Hutchison Whampoa Falls Most in 2.5 Years on Watson SaleVinicy Chan
Hutchison Whampoa Ltd., controlled by Asia’s richest man Li Ka-shing, fell the most in more than two years after the company agreed to sell a 25 percent stake in its retail arm to Temasek Holdings Pte for HK$44 billion ($5.7 billion).
Hutchison Whampoa closed 5.1 percent lower at HK$101.60, its biggest decline since Oct. 18, 2011, in Hong Kong trading. The city’s benchmark Hang Seng Index gained 1.9 percent.
The stake sale, announced March 21, indicated a valuation for retail arm A.S. Watson & Co. that was lower than expected, according to analysts at JPMorgan Chase & Co., Credit Suisse Group AG and Morgan Stanley. Li also said the two companies will seek to list A.S. Watson in two to three years, changing a plan for an initial public offering this year.
“The IPO catalyst is now put on hold, thereby potentially leading to some near-term selling pressure,” Benjamin Lo, an analyst at Nomura International based in Hong Kong, wrote in a research note published today.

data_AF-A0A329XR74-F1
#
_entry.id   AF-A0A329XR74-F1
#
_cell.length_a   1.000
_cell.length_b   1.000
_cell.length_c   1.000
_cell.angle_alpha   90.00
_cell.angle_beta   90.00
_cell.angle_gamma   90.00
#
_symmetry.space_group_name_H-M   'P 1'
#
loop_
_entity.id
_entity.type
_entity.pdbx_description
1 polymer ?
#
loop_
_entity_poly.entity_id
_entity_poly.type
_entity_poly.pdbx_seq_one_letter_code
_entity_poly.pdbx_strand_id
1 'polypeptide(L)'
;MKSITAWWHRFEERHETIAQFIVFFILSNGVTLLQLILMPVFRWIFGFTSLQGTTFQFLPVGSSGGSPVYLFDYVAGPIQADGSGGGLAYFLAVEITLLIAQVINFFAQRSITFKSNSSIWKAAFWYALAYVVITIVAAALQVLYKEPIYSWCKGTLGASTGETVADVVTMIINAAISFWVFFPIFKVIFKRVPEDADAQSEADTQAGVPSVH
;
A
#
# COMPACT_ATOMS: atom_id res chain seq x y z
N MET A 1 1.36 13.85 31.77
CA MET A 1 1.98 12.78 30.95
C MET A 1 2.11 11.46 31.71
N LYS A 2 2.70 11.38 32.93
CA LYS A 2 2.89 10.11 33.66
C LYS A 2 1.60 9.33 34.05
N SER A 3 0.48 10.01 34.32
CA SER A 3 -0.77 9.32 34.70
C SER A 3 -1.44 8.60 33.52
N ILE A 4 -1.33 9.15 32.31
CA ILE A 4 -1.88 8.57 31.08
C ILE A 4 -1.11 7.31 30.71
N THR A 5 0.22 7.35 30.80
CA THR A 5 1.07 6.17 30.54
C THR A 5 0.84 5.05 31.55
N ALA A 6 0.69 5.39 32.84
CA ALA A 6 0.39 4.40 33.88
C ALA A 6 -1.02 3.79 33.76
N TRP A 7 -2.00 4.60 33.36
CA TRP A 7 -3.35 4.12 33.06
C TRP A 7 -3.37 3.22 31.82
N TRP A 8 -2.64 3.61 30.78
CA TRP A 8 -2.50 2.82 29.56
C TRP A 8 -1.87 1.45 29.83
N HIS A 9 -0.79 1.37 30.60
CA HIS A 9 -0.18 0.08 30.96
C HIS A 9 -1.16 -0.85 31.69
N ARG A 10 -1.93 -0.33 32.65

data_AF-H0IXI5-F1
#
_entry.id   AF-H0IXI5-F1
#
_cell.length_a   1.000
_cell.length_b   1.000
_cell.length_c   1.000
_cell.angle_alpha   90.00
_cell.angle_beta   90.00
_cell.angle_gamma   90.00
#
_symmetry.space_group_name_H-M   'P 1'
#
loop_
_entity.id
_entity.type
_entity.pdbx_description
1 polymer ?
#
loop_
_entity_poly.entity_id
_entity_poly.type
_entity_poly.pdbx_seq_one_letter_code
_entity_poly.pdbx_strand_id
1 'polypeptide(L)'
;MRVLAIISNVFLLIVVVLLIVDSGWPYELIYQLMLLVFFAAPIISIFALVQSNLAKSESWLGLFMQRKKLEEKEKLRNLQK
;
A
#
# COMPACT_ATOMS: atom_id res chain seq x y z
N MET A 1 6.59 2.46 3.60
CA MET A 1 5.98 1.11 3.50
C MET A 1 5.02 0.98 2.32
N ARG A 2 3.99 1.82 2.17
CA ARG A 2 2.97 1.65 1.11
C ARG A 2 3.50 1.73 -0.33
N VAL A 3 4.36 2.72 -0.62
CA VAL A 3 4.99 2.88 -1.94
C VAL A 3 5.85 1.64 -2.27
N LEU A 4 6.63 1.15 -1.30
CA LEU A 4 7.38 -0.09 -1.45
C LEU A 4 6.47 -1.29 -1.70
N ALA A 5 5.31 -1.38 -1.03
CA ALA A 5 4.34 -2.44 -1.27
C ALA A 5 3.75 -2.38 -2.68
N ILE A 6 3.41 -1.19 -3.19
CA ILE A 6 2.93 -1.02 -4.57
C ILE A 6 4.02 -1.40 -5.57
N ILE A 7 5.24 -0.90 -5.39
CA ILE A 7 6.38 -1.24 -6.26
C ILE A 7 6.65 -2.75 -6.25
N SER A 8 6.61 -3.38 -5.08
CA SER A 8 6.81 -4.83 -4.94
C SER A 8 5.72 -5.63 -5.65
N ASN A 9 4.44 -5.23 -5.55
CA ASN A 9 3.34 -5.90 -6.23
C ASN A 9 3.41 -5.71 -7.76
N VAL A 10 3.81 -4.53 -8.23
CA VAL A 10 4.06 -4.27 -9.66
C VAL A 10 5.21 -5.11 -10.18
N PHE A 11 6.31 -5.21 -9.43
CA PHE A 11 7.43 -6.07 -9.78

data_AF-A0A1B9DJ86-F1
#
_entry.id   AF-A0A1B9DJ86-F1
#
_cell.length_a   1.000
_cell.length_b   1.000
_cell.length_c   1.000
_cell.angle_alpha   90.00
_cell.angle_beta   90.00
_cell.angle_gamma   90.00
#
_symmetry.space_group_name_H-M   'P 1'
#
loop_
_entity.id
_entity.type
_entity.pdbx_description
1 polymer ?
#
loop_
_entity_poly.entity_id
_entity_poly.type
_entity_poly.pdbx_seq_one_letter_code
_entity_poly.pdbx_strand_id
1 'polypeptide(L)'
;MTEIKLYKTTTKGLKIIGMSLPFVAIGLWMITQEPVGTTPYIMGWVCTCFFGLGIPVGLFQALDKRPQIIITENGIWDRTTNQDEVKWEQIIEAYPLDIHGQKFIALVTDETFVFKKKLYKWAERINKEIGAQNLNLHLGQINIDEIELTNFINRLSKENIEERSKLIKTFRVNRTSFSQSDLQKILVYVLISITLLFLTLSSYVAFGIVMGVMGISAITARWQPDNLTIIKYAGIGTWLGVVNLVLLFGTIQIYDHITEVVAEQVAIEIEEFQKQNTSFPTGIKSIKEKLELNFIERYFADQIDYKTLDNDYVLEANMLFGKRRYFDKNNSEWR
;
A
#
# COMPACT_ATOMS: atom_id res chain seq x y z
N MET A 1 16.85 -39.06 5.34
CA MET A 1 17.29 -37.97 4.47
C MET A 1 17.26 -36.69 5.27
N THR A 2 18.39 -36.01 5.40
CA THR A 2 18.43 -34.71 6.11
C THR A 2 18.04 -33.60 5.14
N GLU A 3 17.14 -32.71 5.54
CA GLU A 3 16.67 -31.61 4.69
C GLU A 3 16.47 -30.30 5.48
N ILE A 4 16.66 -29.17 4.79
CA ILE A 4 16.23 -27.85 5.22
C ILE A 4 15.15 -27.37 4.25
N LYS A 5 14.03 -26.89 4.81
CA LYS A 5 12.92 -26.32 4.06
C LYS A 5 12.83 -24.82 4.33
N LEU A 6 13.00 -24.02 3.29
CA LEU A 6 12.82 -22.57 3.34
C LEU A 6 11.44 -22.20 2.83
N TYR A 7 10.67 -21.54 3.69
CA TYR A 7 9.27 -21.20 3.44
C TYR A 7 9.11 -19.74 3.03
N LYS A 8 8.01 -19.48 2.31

Hutchison will pay a special dividend of HK$7 a share after the sale, which values Watson at about HK$177 billion, the Hong Kong-based company said in a statement.
“The company is suggesting limited acquisition opportunities” by paying the special dividend, Praveen Choudhary, a Hong Kong-based analyst at Morgan Stanley, wrote in a research note today. Morgan Stanley downgraded the stock to equalweight from overweight and cut its share-price estimate to HK$108 from HK$116.
Cheung Kong Holdings Ltd., Hutchison’s biggest shareholder, said it will pay a special dividend totaling HK$16.2 billion after receiving the payout. The developer gained 0.2 percent to close at HK$123.10 in Hong Kong trading.
Temasek will appoint two directors at Watson’s board, said Li, who wouldn’t rule out the Singapore state-owned investment company increasing its stake in Watson in the future.
The deal gives Temasek a stake in a business with more than 10,000 stores worldwide. Hutchison gains funds as it expands in Europe and North America while reducing assets in Hong Kong and China.